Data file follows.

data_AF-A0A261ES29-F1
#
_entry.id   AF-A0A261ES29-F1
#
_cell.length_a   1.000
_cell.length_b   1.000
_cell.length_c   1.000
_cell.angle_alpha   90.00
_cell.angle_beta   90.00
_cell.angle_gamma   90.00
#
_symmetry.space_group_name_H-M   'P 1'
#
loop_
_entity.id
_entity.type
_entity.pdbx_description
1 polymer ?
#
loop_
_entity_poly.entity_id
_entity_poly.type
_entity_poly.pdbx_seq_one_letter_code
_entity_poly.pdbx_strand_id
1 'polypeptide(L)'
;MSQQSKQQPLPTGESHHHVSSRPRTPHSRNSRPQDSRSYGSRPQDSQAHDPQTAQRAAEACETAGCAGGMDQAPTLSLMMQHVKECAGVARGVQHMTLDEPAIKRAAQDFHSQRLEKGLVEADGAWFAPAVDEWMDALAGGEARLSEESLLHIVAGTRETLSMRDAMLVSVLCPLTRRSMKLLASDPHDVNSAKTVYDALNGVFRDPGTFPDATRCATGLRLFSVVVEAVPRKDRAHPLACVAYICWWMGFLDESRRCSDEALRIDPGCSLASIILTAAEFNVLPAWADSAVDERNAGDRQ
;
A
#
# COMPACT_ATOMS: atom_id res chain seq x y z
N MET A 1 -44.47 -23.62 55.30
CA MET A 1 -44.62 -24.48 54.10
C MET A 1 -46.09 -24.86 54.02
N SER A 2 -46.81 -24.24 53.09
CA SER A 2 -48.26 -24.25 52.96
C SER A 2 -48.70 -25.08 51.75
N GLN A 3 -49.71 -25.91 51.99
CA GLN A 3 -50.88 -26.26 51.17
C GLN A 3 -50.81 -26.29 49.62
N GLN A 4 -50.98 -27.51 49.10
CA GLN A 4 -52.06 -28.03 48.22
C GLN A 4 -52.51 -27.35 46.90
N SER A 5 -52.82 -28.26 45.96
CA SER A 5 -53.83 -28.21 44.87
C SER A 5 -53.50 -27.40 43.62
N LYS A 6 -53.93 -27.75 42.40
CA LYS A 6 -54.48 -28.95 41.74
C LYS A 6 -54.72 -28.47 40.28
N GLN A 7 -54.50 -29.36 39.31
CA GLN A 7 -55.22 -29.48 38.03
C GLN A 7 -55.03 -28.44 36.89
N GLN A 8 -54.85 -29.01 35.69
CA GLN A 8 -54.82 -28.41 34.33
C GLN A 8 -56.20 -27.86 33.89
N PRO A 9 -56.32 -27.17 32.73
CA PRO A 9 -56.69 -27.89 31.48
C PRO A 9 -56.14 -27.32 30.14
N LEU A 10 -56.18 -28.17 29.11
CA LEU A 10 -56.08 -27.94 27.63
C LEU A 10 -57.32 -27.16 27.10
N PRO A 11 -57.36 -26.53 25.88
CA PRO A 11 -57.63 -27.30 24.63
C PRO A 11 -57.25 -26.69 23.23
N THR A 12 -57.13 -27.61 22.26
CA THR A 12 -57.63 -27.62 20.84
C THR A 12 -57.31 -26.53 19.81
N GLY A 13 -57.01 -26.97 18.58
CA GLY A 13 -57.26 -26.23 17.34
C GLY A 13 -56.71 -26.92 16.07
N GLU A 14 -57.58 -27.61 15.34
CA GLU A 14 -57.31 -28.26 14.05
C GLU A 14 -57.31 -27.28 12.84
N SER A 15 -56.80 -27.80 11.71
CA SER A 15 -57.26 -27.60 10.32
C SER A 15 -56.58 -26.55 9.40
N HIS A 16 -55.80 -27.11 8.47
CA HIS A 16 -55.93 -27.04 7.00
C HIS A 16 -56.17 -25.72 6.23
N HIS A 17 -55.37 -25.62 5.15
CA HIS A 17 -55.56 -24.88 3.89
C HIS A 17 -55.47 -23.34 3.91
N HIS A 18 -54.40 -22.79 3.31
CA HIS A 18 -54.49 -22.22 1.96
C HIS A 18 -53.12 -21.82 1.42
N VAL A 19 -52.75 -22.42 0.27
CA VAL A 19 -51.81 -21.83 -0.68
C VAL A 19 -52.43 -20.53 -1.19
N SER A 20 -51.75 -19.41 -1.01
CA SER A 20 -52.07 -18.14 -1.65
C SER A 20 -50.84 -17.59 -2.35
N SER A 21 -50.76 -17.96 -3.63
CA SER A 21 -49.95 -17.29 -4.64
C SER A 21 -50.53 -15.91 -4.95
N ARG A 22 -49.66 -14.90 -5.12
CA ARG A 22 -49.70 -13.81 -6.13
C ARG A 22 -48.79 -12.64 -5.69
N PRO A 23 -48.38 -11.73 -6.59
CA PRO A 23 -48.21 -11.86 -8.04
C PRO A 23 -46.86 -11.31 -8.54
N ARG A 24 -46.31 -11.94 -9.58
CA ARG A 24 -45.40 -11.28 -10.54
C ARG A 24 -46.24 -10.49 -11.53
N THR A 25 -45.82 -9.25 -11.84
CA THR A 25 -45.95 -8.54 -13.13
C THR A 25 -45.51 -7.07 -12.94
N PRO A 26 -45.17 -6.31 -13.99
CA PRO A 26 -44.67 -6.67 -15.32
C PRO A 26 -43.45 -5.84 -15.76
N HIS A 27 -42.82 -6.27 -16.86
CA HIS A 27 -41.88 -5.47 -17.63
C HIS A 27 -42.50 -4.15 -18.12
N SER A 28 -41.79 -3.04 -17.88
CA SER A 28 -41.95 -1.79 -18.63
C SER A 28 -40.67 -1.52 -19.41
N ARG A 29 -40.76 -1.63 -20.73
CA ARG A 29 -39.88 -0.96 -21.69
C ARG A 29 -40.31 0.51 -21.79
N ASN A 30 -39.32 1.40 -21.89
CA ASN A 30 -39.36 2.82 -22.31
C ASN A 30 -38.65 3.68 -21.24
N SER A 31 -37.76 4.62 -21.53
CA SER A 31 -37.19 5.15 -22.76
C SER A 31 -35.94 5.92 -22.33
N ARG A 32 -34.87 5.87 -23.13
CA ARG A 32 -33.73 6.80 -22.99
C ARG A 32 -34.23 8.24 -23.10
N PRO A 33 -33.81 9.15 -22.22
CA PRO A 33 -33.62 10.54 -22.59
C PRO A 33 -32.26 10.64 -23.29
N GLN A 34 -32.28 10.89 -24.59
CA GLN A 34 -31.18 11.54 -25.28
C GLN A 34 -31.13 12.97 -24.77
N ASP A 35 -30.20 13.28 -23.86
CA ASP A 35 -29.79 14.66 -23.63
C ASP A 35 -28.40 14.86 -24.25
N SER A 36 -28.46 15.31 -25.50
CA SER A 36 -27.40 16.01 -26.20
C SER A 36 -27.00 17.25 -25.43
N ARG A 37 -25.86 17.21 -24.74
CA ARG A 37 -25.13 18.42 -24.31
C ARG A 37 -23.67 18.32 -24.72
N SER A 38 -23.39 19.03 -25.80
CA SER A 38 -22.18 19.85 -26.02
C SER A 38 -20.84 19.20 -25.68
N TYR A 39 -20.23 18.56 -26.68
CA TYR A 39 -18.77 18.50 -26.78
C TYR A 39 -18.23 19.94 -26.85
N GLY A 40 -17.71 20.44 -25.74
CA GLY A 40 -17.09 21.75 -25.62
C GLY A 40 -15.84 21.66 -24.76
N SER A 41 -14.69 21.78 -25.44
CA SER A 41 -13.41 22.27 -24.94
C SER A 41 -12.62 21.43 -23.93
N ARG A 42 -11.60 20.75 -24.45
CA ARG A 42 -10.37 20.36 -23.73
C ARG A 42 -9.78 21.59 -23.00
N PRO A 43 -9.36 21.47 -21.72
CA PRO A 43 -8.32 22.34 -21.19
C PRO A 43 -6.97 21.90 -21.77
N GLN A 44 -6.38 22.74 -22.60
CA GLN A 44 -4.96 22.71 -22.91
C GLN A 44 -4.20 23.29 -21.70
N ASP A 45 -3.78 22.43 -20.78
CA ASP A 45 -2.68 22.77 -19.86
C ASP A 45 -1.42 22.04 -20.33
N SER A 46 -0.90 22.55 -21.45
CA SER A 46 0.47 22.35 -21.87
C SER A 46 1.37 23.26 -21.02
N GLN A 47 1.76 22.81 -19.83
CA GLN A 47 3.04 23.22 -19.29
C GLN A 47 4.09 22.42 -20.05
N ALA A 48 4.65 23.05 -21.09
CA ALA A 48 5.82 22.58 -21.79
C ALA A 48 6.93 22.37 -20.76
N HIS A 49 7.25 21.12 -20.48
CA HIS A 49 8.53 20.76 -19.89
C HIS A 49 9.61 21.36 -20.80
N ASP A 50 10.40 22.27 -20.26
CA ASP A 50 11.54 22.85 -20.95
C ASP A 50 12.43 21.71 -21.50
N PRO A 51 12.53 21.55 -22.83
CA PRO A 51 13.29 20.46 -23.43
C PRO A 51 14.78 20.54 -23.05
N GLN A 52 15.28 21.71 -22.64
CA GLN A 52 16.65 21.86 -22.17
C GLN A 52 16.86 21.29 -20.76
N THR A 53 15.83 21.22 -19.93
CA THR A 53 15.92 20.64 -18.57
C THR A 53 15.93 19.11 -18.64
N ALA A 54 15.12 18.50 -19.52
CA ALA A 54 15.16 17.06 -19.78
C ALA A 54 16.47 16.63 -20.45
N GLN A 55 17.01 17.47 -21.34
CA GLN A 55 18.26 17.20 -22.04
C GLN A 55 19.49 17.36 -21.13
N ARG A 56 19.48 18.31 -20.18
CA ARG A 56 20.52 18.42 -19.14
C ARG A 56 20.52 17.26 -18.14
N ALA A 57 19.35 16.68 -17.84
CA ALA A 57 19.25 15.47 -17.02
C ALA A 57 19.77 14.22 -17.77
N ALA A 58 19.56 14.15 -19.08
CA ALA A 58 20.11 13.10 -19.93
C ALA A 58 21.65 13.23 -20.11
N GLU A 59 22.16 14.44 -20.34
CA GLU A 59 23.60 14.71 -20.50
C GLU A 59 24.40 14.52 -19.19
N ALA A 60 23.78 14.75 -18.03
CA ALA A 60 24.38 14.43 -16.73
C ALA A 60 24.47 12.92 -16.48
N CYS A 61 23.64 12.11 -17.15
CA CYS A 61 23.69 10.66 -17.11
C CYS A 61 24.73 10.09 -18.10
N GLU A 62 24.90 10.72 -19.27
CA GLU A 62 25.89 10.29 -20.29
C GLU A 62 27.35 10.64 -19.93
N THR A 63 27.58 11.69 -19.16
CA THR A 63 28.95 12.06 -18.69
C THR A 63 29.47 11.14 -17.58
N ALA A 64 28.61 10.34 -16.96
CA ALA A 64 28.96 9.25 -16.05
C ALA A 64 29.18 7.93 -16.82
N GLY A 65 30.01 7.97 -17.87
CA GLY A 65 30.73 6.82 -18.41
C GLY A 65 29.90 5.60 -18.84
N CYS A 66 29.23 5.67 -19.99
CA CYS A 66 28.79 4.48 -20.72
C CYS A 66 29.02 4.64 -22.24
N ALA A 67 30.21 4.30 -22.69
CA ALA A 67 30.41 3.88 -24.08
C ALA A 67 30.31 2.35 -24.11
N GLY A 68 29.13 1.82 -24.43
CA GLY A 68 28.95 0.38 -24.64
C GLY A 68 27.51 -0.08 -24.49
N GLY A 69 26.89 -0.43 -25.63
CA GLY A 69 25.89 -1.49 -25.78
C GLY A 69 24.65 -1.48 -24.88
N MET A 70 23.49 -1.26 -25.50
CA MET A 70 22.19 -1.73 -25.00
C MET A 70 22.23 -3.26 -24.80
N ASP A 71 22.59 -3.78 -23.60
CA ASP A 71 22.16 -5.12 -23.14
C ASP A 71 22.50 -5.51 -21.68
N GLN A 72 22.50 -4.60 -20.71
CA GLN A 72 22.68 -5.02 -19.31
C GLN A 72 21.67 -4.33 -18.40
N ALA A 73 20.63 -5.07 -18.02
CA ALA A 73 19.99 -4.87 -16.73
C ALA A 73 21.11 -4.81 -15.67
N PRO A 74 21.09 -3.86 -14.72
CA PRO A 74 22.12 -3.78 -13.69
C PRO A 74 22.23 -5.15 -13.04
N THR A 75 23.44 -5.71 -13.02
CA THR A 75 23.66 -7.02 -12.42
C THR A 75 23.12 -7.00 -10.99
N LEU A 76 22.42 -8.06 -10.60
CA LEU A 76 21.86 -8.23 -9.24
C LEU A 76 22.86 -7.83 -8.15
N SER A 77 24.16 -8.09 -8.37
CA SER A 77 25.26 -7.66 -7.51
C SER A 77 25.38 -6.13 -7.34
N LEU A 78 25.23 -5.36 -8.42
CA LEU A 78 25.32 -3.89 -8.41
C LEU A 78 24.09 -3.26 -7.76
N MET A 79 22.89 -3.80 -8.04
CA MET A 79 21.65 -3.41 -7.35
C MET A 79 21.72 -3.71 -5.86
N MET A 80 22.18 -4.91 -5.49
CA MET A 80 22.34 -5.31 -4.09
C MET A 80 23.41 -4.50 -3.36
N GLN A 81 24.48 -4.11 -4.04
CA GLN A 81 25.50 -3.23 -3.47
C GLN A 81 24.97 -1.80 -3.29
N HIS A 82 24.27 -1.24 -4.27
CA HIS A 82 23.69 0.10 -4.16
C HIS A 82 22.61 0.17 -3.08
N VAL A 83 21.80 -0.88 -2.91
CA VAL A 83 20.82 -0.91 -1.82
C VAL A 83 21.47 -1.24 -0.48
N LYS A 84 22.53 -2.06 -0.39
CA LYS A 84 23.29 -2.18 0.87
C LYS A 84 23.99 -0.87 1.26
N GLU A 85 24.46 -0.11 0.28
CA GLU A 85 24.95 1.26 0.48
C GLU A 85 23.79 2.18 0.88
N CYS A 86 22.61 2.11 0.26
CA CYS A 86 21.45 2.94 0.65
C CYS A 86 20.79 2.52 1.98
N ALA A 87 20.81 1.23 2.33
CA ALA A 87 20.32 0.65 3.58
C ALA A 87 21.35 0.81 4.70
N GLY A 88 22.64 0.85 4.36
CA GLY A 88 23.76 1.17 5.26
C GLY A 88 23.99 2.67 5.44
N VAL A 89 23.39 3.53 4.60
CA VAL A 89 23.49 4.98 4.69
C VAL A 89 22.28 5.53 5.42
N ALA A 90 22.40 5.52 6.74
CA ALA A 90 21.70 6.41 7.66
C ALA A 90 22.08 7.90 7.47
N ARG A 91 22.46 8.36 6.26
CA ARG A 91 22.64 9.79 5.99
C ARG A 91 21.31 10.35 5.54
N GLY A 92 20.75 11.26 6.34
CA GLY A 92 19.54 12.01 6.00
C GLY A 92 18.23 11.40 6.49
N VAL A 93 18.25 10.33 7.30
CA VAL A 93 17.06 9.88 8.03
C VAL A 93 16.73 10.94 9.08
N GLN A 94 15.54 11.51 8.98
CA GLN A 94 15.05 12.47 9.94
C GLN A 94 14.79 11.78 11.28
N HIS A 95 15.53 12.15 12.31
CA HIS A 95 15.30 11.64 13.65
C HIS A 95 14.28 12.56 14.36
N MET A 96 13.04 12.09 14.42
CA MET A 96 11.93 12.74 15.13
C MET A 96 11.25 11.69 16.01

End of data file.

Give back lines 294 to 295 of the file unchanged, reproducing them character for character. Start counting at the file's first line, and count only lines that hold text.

C GLY A 88 23.99 2.67 5.44
N VAL A 89 23.39 3.53 4.60